“[A]rbitration is a matter of contract.” Rent–A–Center, West, Inc. v. Jackson, 561 U.S. 63, 67, 130 S.Ct. 2772, 177 L.Ed.2d 403 (2010). “The FAA ... places arbitration agreements on an equal footing with other contracts and requires courts to enforce them according to their terms. Like other contracts, however, they may be invalidated by generally applicable contract defenses....” Id. at 67–68, 130 S.Ct. 2772 (citations and quotation omitted). “A compact is a form of contract.” Pueblo of Santa Ana, 104 F.3d at 1556. It is a creation of IGRA, which determines a gaming compact’s effectiveness and permissible scope. See Seminole Tribe of Fla. v. Florida, 517 U.S. 44, 48–49, 116 S.Ct. 1114, 134 L.Ed.2d 252 (1996); 25 U.S.C. § 2710(d)(3). For that reason, a gaming compact is similar to a “congressionally sanctioned interstate compact the interpretation of which presents a question of federal law.” Cuyler v. Adams, 449 U.S. 433, 442, 101 S.Ct. 703, 66 L.Ed.2d 641 (1981); see also Gaming Corp. of Am. v. Dorsey & Whitney, 88 F.3d 536, 546 (8th Cir. 1996) (“Tribal-state compacts are at the core of the scheme Congress developed to balance the interests of the federal government, the states, and the tribes. They are a creation of federal law, and IGRA prescribes the permissible scope of a Tribal–State compact....” (quotation omitted) ).17 Accordingly, in interpreting the Compact, including whether the de novo review provision is material to the parties’ agreement to engage in binding arbitration, we look to the federal common law. See Pauma Band of Luiseno Mission Indians v. California, 813 F.3d 1155, 1163 (9th Cir. 2015) (“General principles of federal contract law govern ... Compacts, which were entered pursuant to IGRA.” (quotation omitted) ).18

Under federal contract principles, if the terms of a contract are not ambiguous, this court determines the parties’ intent from the language of the agreement itself. See Anthony v. United States, 987 F.2d 670, 673 (10th Cir. 1993); see also Arizona v. Tohono O’odham Nation, 818 F.3d 549, 560–61 (9th Cir. 2016) (“Federal common law follows the traditional approach for the parol evidence rule: A contract must be discerned within its four corners, extrinsic evidence being relevant only to resolve ambiguity in the contract.” (quotation and alterations omitted) ).19 Further, this court will construe the Compact to give meaning to every word or phrase. See United States v. Brye, 146 F.3d 1207, 1211 (10th Cir. 1998).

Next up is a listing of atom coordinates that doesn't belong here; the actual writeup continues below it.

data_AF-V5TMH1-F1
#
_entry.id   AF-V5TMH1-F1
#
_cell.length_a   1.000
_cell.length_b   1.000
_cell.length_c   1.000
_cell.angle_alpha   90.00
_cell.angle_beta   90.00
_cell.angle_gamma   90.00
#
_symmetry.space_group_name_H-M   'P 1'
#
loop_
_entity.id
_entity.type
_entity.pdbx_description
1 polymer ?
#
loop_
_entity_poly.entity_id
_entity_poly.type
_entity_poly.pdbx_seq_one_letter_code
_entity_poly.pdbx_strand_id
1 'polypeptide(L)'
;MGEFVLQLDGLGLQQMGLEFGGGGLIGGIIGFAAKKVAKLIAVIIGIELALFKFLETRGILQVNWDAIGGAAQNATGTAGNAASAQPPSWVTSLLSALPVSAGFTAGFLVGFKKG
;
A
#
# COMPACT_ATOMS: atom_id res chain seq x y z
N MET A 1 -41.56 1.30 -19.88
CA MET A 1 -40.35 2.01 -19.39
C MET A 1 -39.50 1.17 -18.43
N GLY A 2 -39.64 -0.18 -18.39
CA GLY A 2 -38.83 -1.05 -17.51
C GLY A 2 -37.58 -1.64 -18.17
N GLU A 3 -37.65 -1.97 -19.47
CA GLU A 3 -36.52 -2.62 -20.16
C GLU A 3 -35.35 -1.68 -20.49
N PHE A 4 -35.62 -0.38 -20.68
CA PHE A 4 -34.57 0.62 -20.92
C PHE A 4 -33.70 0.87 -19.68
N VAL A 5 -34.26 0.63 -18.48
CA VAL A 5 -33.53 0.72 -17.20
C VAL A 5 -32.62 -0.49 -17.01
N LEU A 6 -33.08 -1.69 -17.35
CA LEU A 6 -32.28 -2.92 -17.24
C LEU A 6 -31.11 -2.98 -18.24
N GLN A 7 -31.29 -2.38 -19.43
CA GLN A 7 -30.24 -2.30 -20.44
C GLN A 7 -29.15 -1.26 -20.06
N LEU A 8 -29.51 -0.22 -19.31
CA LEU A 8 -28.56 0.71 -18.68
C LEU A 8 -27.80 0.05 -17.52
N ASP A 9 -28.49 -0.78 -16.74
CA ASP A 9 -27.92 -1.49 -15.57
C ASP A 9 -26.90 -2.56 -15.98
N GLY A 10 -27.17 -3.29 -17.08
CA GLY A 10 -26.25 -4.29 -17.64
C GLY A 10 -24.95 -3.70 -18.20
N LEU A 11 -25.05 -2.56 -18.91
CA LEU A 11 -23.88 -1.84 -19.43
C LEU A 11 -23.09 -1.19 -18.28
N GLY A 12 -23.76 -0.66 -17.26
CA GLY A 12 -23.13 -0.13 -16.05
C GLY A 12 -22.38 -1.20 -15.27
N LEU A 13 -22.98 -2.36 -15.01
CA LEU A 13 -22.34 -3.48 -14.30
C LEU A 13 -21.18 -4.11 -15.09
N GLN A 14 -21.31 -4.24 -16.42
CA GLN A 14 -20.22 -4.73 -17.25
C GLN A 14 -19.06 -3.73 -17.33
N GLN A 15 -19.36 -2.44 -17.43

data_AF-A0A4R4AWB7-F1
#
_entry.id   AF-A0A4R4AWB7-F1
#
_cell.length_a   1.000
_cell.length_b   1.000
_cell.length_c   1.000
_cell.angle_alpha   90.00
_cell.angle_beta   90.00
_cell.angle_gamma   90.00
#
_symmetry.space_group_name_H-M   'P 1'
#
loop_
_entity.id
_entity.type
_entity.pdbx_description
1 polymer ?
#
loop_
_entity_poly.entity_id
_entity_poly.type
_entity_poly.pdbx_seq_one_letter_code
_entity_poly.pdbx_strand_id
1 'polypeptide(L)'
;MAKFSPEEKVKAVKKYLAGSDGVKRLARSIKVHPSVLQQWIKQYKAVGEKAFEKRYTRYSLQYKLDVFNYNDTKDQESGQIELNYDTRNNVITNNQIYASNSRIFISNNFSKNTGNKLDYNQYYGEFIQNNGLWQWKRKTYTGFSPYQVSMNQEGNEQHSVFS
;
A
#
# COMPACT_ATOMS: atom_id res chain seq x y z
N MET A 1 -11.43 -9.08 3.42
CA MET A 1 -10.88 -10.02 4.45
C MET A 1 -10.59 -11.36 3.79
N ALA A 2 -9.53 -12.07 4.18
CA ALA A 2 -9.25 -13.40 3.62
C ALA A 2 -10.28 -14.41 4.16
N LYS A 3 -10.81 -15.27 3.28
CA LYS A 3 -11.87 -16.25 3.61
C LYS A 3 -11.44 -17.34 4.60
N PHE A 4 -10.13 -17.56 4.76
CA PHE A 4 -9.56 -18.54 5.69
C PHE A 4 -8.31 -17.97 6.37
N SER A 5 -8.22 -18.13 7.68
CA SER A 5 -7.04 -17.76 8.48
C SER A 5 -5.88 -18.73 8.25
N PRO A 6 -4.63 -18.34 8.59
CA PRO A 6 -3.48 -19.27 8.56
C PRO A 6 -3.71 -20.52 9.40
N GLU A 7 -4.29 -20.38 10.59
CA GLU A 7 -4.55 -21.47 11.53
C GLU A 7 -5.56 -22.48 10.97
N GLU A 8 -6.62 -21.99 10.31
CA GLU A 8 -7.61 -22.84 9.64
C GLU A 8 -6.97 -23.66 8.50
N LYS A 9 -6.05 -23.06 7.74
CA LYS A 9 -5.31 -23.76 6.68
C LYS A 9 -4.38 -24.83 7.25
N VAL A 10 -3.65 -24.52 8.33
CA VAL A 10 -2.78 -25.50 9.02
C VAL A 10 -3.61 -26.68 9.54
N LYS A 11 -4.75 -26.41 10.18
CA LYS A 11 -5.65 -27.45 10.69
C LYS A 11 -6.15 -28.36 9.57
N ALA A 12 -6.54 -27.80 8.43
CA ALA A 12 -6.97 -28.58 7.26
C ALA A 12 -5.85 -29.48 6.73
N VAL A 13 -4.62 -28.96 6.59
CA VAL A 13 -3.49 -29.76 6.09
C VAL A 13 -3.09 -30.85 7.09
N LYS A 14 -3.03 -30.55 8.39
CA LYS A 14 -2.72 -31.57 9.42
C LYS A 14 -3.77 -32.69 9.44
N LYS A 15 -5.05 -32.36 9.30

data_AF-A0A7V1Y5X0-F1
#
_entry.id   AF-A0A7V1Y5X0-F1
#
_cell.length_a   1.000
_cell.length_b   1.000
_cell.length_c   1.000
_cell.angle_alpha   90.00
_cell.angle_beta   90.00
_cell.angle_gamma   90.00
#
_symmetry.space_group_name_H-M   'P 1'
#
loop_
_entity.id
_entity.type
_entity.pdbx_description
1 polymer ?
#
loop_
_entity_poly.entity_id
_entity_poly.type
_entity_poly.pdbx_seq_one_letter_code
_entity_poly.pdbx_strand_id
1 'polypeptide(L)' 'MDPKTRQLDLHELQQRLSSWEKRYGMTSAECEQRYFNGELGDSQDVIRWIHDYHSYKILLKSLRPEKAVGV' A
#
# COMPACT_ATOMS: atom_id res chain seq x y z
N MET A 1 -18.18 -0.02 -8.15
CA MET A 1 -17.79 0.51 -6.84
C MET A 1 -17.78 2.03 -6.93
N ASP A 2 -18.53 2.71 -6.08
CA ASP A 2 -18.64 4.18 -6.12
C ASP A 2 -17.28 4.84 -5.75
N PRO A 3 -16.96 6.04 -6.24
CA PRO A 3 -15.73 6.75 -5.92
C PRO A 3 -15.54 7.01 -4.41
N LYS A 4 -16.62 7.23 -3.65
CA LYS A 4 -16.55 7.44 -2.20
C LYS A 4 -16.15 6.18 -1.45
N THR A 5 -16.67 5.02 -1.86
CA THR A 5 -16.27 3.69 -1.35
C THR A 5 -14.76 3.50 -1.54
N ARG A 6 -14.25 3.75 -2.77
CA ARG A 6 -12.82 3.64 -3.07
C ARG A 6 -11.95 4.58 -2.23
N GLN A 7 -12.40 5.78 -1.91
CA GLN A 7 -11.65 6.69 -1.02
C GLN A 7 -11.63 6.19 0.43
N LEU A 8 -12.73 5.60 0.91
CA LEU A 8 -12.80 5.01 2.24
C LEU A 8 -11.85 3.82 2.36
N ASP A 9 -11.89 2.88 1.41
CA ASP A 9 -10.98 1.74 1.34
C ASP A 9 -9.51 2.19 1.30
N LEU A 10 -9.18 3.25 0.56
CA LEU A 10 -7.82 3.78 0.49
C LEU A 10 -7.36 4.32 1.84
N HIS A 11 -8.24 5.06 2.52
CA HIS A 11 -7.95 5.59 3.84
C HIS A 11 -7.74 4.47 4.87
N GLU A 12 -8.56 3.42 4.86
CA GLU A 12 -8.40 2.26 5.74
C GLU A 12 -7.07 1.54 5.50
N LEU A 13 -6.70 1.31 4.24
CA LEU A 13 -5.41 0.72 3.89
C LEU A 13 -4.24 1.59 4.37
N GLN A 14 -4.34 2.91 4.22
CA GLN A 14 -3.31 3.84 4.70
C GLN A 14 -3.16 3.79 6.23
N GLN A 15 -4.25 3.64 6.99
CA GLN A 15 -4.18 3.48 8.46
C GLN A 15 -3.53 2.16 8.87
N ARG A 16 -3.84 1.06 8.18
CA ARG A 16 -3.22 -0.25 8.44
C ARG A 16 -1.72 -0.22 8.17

When considered as a whole, Compact Part 12 makes clear that the parties’ agreement to engage in binding arbitration was specifically conditioned on, and inextricably linked to, the availability of de novo review in federal court. The Compact contains a specific severability provision.20 This provision requires a materiality analysis to determine whether the parties would have agreed to engage in binding arbitration if they had known de novo review of an arbitration award was unavailable. Compact Part 12(2), the provision establishing binding arbitration, specifically limits that requirement to the availability of de novo review as set out in Compact Part 12(3). Okla. Stat. tit. 3A, § 281 (“Subject to the limitation set forth in paragraph 3 of this Part, either party may refer a dispute arising under this Compact to arbitration under the rules of the American Arbitration Association (AAA), subject to enforcement or pursuant to review as provided by paragraph 3 of this Part by a federal district court.” (emphasis added) ). Compact Part 12(3) makes clear that federal district court review includes de novo review and that the district court’s de novo review is subject to appeal to this court.

Importantly, the Compact links the parties’ waivers of sovereign immunity to the kind of judicial review available. Part 12(2) of the Compact authorizes arbitration subject to de novo review in federal court as provided in Part 12(3), while Part 12(3) states that the parties “waive[ ] immunity and consent [ ] to suit [in federal court] for such limited purposes.” Id. That is, the language of the Compact makes clear that the parties’ waiver of sovereign immunity is only for purposes of the type of de novo review contemplated in Part 12(3), not for suits to enforce an arbitration award under the limited review procedures set out in 9 U.S.C. §§ 9–11. Given the importance of immunity as an aspect of sovereignty, Alden v. Maine, 527 U.S. 706, 713, 119 S.Ct. 2240, 144 L.Ed.2d 636 (1999), the narrow and purposeful waiver in Part 12(3) makes clear that the availability of de novo review was a material aspect of the parties’ agreement to arbitrate.